3 Strategies to Prepare for Inflation in Retirement

November 21, 2016

 

One of the most commonly used tips for retirement planning is that one can estimate their retirement expenses simply by taking a fraction of their annual earnings. For instance, you might assume that you will need only 70 percent or 80 percent of your current income to fund your lifestyle in retirement.

 

While that kind of simple calculation may be helpful for a quick estimate, it does ignore one very important retirement planning component—inflation, or the annual increase in the prices of goods and services. Inflation is often so modest that it’s not noticeable in the short term. Over long periods of time, though, it can have a corrosive impact.

 

 

Consider an average annual inflation rate of only 3 percent. While that may seem like a low rate, over a 24-year period it would result in a doubling of prices. How might your retirement be impacted if the costs of food, utilities, health care and more doubled over time?

 

If you’re like many retirees, a doubling of living expenses would be financially challenging. The good news is there are steps you can take to protect yourself from the impact of inflation. Consider the planning steps below and think about whether you have adequately prepared for retirement.

 

Cut back on expenses.

 

One of the most effective ways to combat inflation is to account for it in your budget by cutting back on expenses. Go through your planned retirement budget and scale back your spending in key areas with the understanding that those costs will likely increase over time.

 

Are you one of the two-thirds of Americans who don’t use a budget?1 If so, now may be the time to change your thinking. A budget can be one of your most useful tools in analyzing and controlling your retirement spending. Put together a budget of your projected retirement expenses, and be sure to leave room for your spending to increase in the future.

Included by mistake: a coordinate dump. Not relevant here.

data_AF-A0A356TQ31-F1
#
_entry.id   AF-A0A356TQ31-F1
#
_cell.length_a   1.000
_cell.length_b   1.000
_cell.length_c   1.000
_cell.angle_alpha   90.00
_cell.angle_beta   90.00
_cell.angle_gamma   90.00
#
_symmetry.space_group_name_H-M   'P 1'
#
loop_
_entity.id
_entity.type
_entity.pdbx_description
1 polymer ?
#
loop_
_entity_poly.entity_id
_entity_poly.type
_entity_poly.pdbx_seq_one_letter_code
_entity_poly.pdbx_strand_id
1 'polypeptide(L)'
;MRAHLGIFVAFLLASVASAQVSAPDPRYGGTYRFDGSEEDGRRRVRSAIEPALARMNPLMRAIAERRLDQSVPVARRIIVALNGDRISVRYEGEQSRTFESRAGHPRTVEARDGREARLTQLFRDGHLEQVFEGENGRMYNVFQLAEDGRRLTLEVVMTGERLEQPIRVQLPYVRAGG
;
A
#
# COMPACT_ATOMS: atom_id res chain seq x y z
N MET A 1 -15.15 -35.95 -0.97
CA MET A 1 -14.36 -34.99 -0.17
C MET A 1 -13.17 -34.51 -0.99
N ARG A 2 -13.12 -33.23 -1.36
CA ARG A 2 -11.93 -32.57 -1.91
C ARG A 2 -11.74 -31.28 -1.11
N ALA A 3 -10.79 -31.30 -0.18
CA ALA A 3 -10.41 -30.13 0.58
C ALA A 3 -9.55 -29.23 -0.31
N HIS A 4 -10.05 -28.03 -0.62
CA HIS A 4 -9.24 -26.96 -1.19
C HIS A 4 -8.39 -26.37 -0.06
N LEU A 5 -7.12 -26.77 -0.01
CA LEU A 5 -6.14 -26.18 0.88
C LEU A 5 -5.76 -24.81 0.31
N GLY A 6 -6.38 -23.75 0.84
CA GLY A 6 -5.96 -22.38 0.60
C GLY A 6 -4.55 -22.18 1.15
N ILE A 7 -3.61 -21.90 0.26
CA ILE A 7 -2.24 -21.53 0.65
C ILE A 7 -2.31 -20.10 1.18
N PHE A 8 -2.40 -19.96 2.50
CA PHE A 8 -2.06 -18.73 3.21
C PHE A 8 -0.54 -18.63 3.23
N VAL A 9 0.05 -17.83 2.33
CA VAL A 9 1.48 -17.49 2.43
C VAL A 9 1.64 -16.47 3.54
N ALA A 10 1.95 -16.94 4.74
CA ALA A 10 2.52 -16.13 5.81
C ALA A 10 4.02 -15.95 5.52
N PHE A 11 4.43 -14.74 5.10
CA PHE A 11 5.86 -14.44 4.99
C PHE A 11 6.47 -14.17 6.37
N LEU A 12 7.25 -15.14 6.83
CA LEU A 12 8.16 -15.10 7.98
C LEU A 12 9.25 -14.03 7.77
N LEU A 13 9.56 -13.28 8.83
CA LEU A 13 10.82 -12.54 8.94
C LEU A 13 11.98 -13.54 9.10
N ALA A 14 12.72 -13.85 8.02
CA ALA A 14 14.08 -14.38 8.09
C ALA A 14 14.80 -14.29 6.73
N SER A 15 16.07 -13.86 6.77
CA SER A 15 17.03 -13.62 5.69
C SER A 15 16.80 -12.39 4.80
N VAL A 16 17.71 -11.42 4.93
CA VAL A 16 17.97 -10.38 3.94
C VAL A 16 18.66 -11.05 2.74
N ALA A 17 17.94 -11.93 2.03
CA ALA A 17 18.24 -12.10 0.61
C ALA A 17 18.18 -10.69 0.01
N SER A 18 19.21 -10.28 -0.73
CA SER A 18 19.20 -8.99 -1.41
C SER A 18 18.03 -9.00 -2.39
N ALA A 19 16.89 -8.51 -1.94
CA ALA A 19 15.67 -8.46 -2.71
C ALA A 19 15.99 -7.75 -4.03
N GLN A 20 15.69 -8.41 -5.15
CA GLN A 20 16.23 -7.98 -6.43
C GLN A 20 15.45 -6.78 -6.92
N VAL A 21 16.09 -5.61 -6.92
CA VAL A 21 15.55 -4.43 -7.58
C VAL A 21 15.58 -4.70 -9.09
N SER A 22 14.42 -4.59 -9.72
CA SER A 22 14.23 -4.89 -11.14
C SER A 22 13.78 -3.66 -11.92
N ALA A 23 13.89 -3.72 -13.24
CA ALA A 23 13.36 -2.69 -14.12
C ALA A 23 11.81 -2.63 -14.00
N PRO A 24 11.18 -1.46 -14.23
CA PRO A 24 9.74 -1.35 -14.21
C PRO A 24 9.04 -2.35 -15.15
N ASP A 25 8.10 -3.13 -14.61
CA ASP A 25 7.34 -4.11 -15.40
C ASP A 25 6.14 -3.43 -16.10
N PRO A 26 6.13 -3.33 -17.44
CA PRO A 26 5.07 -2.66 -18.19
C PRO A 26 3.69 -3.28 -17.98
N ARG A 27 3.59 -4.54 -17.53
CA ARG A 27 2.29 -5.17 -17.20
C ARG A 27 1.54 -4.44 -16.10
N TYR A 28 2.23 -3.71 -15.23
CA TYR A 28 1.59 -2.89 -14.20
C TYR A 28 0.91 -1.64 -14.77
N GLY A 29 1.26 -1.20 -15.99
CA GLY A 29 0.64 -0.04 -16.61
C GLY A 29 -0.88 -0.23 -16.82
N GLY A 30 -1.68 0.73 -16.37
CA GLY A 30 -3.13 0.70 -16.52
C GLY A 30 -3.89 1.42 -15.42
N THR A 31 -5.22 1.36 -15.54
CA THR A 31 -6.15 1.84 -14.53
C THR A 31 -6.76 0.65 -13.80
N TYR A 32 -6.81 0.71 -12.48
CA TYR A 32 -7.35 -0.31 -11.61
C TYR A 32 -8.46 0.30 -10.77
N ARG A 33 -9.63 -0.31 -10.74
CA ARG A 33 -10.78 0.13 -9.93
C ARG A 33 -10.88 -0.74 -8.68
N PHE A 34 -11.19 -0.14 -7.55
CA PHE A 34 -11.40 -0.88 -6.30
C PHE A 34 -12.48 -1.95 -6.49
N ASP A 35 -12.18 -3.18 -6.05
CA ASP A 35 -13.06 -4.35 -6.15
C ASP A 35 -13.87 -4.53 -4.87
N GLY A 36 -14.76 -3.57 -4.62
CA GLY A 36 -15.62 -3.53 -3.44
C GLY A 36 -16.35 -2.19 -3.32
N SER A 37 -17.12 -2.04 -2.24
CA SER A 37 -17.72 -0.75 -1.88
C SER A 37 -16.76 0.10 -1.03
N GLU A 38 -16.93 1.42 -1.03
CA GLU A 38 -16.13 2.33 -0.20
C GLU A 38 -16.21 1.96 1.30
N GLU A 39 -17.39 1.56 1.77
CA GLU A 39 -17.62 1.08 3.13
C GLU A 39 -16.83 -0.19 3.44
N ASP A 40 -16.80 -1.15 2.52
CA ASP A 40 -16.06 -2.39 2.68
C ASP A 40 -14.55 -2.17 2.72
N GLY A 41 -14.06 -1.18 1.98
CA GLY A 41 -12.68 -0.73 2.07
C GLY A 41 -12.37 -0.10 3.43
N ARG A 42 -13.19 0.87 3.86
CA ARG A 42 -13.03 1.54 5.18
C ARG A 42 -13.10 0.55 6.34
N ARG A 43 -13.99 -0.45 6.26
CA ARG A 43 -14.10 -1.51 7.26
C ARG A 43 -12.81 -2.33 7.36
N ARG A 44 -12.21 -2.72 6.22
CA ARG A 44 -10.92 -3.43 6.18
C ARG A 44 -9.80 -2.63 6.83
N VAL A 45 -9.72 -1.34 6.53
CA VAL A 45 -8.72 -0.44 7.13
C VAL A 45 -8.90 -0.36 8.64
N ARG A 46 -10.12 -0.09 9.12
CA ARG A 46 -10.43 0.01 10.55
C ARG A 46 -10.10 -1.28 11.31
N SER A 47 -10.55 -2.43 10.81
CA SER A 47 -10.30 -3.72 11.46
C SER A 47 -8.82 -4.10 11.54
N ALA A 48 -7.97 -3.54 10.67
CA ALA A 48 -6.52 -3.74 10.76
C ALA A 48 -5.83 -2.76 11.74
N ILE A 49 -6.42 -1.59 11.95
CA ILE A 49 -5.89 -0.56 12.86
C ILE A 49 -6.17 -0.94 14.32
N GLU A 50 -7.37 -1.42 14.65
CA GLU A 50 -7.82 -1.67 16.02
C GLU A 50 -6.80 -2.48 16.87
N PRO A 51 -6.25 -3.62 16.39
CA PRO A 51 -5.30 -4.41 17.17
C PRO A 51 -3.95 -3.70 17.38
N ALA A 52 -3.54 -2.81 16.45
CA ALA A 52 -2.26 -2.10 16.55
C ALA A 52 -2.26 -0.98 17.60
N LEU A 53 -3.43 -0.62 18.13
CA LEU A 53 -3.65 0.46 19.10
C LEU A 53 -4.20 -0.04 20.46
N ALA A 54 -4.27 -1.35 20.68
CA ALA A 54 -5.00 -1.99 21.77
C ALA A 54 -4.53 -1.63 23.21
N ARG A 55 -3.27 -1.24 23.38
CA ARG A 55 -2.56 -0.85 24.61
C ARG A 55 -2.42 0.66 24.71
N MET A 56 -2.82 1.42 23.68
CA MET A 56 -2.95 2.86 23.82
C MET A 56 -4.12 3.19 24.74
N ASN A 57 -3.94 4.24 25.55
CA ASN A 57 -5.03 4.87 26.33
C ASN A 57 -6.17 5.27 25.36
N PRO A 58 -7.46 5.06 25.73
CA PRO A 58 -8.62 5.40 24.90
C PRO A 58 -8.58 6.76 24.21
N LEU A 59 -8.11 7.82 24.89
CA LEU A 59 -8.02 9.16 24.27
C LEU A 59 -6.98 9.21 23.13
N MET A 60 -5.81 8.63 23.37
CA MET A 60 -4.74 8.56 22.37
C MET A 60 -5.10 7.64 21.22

Don’t avoid risk.

 

It’s natural for retirees to want to avoid risk after they stop working. During your career, you may have had more tolerance for investment risk because you were contributing regularly to your retirement accounts. However, now that you will start taking distributions, the thought of investment loss may scare you.

 

That fear is natural. There may be good reason to scale back on your risk exposure, but you also may not want to avoid it completely. Risk and growth potential often go hand in hand. Vehicles that have no risk also may have little or no opportunity for growth.

 

To combat inflation, you will need your income to increase gradually through your retirement. One way to do that is to have investment vehicles that can potentially increase in value. Try to find a balance between risk minimization and growth opportunities.

 

Look for rising, guaranteed* income.

 

Also consider ways to create guaranteed streams of income that have the possibility to rise over time. Many of the traditional sources of guaranteed income don’t have much growth opportunity. If you have a pension, that benefit amount may be fixed. Social Security benefits may rise with inflation, but they don’t always increase every year.

 

Annuities offer a variety of ways to convert your personal savings into a guaranteed income stream. Some annuities also allow the opportunity to increase the guaranteed income on an annual basis. Consider your options and look for ways to generate a rising stream of guaranteed income.

 

Ready to develop a plan to fight inflation? Let’s discuss it. Contact us today at Bridgeriver Advisors. We welcome the opportunity to help you analyze your needs and objectives and develop a strategy. Let’s connect soon.

 


1http://www.gallup.com/poll/162872/one-three-americans-prepare-detailed-household-budget.asp

 

*Guarantees, including optional benefits, are backed by the claims-paying ability of the issuer, and may contain limitations, including surrender charges, which may affect policy values.
 

This information is designed to provide a general overview with regard to the subject matter covered and is not state specific. The authors, publisher and host are not providing legal, accounting or specific advice for your situation. By providing your information, you give consent to be contacted about the possible sale of an insurance or annuity product. This information has been provided by a Licensed Insurance Professional and does not necessarily represent the views of the presenting insurance professional. The statements and opinions expressed are those of the author and are subject to change at any time. All information is believed to be from reliable sources; however, presenting insurance professional makes no representation as to its completeness or accuracy. This material has been prepared for informational and educational purposes only. It is not intended to provide, and should not be relied upon for, accounting, legal, tax or investment advice.

 

16160 - 2016/10/18

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